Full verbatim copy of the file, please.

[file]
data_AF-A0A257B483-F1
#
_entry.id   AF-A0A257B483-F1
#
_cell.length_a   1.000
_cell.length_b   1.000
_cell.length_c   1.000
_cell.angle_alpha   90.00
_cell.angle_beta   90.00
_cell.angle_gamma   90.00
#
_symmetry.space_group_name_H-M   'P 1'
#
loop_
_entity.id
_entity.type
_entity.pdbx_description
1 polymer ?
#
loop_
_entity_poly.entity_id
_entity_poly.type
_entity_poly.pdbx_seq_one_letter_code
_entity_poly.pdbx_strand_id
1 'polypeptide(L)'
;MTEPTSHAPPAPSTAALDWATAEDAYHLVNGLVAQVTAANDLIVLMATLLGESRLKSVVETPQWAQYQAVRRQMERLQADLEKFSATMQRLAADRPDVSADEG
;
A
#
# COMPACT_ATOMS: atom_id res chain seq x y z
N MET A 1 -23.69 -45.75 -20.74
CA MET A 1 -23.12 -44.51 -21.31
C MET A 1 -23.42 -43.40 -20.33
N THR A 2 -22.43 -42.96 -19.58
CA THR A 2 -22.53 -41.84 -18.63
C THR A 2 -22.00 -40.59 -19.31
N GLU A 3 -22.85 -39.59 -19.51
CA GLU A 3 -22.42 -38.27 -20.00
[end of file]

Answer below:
data_AF-A0A257B483-F1
#
_entry.id   AF-A0A257B483-F1
#
_cell.length_a   1.000
_cell.length_b   1.000
_cell.length_c   1.000
_cell.angle_alpha   90.00
_cell.angle_beta   90.00
_cell.angle_gamma   90.00
#
_symmetry.space_group_name_H-M   'P 1'
#
loop_
_entity.id
_entity.type
_entity.pdbx_description
1 polymer ?
#
loop_
_entity_poly.entity_id
_entity_poly.type
_entity_poly.pdbx_seq_one_letter_code
_entity_poly.pdbx_strand_id
1 'polypeptide(L)'
;MTEPTSHAPPAPSTAALDWATAEDAYHLVNGLVAQVTAANDLIVLMATLLGESRLKSVVETPQWAQYQAVRRQMERLQADLEKFSATMQRLAADRPDVSADEG
;
A
#
# COMPACT_ATOMS: atom_id res chain seq x y z
N MET A 1 -23.69 -45.75 -20.74
CA MET A 1 -23.12 -44.51 -21.31
C MET A 1 -23.42 -43.40 -20.33
N THR A 2 -22.43 -42.96 -19.58
CA THR A 2 -22.53 -41.84 -18.63
C THR A 2 -22.00 -40.59 -19.31
N GLU A 3 -22.85 -39.59 -19.51
CA GLU A 3 -22.42 -38.27 -20.00